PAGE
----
© Lukas Zwiessele | ebm-papst

Insight into our testing centerTested to the max: Accel­er­ated service life tests

Accel­er­ated service life tests combine several envi­ron­mental influ­ences in order to simu­late a fan’s life cycle in fast motion. This is how ebm-papst puts its fans through their paces.

In the testing center in Hollen­bach, fans are pushed to their limits and beyond with real-life envi­ron­mental influ­ences. New prod­ucts, sizes, and compo­nents pass through the test stations in a total of six test bays over an area of approx­i­mately 2,500 square meters. In this series, we take a closer look at each of these test bays. The sixth and last one is for accel­er­ated service life tests devel­oped by ebm-papst itself.

Fans need to work reli­ably for many decades, so their service life must be vali­dated before­hand with all asso­ci­ated loads such as heat or rain. To find out where the crit­ical points in the prod­ucts lie as quickly as possible, ebm-papst has set up the accel­er­ated service life tests H0, H1, and H2.

Mr. Kemmer, how do you push the fans in the test center to the limit?

They simu­late a product’s life cycle in fast motion by combining several types of load. These tests are performed in 40-square-meter cham­bers at the testing center. H1 and H2 are actu­ally envi­ron­mental classes intro­duced by ebm-papst itself.

The accel­er­ated service life tests explained

Test H0

A fan in the field is run at an ambient temper­a­ture of 20 to 40 degrees Celsius and at 20 to 70 percent of its power, for example. To map this stan­dard load profile quickly, the product is run at maximum power and the maximum permis­sible ambient temper­a­ture for about 6 months in the H0 test.

Test H1

The H1 test is a “temper­a­ture change rain test” devel­oped by ebm-papst itself. It is a long-term test that tests the resis­tance of fans to climatic condi­tions. In this case, the fan is run for six months and subjected to five alter­nating temper­a­ture cycles per day (900 in total, from -10 to +60 degrees Celsius), as well as conden­sa­tion.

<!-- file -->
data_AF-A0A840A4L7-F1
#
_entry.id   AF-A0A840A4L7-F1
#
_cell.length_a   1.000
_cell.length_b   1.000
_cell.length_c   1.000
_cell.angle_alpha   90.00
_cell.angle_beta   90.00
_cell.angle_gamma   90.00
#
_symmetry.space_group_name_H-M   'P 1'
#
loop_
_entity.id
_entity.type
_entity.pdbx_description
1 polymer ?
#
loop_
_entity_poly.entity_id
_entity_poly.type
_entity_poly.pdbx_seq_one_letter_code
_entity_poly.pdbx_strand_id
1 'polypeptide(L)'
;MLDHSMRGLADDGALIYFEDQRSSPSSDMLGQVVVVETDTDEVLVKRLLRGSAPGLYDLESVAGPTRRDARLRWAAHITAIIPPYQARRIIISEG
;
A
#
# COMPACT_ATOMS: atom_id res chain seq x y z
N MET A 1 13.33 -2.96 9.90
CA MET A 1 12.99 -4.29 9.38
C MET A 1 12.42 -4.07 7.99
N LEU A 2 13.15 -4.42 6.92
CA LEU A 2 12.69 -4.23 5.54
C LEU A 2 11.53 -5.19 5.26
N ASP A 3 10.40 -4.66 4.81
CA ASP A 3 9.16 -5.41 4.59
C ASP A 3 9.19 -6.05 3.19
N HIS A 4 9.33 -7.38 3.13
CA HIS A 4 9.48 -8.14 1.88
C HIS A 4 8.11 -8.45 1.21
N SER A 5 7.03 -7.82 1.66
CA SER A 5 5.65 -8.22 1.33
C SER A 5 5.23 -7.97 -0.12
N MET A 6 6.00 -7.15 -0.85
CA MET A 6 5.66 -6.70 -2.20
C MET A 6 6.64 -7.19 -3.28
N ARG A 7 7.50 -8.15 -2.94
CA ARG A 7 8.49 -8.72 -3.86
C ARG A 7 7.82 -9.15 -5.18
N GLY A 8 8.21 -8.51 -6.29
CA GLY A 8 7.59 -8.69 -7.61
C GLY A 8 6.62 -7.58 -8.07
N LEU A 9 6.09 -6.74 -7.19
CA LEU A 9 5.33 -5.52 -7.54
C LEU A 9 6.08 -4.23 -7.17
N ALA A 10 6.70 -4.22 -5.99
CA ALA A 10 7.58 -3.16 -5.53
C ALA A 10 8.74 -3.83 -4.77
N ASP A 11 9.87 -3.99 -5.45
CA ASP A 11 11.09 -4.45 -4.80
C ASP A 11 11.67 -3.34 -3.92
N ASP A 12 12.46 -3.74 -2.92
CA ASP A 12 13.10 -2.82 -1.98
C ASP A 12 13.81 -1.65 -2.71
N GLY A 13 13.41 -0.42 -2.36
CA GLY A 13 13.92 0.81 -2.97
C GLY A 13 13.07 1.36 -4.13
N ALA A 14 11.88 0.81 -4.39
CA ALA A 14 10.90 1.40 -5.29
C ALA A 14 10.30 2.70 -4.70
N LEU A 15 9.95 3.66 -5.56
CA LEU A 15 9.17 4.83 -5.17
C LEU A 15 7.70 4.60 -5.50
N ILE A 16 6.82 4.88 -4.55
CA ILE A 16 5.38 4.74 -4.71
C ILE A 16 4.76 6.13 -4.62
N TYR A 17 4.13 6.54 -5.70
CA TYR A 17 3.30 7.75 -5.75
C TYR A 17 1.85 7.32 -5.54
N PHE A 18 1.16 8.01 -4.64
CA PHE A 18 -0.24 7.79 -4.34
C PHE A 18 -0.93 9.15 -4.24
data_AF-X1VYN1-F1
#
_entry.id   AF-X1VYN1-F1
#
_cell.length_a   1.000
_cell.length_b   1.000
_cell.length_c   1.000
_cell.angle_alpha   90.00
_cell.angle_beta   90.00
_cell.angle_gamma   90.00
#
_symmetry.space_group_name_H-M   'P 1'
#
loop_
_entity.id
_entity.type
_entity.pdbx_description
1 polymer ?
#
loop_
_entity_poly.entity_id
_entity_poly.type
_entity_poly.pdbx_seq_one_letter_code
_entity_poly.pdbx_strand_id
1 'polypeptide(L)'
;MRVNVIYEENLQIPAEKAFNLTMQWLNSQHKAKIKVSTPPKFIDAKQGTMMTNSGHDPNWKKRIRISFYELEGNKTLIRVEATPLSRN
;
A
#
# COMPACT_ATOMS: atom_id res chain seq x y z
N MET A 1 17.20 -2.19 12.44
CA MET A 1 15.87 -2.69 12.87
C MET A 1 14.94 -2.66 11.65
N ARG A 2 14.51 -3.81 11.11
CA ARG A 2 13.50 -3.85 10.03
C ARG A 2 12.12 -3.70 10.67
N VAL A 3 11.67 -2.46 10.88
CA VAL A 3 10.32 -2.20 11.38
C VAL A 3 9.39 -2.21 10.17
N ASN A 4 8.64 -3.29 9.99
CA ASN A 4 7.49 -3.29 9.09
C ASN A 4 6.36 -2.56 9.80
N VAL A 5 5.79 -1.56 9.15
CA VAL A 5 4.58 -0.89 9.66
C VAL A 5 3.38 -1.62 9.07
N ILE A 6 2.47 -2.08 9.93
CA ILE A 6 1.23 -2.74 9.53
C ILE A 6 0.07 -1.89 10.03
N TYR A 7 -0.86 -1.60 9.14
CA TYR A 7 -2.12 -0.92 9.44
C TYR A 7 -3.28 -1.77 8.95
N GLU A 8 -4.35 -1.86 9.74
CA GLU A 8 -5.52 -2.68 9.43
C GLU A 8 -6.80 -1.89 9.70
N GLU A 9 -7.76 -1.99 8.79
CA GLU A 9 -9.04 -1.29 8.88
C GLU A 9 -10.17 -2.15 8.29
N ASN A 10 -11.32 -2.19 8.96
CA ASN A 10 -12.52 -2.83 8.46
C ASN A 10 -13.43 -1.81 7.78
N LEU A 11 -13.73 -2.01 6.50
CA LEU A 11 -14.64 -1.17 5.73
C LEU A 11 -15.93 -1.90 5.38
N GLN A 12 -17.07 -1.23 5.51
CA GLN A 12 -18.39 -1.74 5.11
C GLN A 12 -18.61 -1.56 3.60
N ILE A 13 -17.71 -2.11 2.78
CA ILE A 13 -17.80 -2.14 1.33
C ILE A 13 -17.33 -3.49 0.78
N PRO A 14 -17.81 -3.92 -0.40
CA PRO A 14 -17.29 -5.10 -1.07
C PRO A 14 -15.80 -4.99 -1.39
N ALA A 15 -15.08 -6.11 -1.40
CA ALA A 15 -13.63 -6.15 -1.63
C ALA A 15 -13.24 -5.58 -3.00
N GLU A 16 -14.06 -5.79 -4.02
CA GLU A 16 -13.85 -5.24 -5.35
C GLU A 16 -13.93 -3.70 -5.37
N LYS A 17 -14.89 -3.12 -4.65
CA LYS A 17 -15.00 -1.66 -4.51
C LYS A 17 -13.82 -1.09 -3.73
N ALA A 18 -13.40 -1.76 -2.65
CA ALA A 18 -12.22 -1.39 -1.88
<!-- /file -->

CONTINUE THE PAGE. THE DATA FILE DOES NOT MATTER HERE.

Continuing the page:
Test H2

The H2 test is also a “temper­a­ture change rain test” which tests the fan’s resis­tance to climatic condi­tions over a long period of time. The fan is run for six months and subjected to five alter­nating temper­a­ture cycles per day (900 in total, from -10 to +60 degrees Celsius). However, direct rain­fall is added in this case.

The employees carry out visual and func­tional tests both before and after the long-lasting inspec­tions. For the visual tests, they rely on their intu­ition and accu­mu­lated expe­ri­ence to detect even the smallest damage such as cracks. For the func­tional tests, the para­me­ters that count are speed, power or temper­a­tures, which are logged in real time during the tests – by Intel­li­Gate gate­ways from ebm-papst neo.

Eval­uate with Intel­li­Gate from ebm-papst neo

Thanks to the gate­ways, employees can access the logged data at any time from anywhere, as it is auto­mat­i­cally backed up in a cloud. It is even possible to auto­mat­i­cally check the values of a test for devi­a­tions from the spec­i­fi­ca­tions and receive corre­sponding alarm messages. After the end of the test, the data is then stored collec­tively.

Exclu­sive insights into all test fields

Learn more about how ebm-papst puts fans to the test in the indi­vidual test fields. Each article with exciting insights, videos and pictures!

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